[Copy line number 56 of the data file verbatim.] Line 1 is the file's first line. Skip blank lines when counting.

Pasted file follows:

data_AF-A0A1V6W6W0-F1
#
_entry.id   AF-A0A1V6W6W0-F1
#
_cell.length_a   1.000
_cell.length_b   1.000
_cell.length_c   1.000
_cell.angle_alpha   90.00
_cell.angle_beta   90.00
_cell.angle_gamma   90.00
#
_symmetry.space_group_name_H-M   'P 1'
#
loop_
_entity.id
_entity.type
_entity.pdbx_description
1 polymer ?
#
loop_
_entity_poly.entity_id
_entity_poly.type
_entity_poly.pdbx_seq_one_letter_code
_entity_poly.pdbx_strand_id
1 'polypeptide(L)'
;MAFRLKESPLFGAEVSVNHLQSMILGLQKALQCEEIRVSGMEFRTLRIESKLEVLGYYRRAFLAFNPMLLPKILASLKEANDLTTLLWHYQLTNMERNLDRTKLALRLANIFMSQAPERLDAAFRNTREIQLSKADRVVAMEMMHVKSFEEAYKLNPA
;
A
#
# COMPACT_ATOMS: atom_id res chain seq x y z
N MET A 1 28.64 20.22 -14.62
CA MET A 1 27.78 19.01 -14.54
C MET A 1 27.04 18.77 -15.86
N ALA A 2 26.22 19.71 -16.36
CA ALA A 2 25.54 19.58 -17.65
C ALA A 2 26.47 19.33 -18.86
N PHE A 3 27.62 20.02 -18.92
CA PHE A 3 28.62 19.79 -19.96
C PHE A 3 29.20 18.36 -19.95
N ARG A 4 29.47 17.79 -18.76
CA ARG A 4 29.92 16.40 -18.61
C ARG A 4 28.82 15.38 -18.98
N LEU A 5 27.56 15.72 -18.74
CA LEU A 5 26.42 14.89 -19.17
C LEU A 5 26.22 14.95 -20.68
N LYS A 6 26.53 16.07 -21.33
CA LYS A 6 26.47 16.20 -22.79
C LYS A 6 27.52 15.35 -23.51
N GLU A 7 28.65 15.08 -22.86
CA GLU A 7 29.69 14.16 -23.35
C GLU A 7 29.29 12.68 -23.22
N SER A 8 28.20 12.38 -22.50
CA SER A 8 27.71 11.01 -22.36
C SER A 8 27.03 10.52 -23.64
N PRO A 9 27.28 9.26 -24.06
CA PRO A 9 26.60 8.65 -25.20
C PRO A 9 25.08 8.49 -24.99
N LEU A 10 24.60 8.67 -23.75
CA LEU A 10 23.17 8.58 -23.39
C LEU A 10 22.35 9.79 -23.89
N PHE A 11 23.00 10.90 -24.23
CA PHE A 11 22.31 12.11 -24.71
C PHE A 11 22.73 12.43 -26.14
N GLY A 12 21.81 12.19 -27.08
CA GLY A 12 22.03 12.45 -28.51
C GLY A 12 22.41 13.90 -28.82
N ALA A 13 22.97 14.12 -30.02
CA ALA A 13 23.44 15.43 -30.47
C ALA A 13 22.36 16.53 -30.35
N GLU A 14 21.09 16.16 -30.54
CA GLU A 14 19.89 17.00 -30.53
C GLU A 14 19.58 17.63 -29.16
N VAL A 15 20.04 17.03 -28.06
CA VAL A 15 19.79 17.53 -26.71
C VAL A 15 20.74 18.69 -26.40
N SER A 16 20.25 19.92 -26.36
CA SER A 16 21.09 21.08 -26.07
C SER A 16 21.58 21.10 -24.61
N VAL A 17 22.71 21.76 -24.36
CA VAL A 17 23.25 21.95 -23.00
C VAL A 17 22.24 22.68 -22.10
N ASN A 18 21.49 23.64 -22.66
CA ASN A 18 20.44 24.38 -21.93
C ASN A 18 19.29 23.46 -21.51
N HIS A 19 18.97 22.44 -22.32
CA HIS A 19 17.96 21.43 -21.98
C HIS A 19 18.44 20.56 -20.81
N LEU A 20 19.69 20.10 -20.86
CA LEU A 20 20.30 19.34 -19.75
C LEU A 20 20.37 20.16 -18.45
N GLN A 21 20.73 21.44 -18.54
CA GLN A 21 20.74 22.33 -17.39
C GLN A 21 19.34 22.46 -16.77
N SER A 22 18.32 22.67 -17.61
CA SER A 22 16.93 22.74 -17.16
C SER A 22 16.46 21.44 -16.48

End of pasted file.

CA PRO A 9 26.60 8.65 -25.20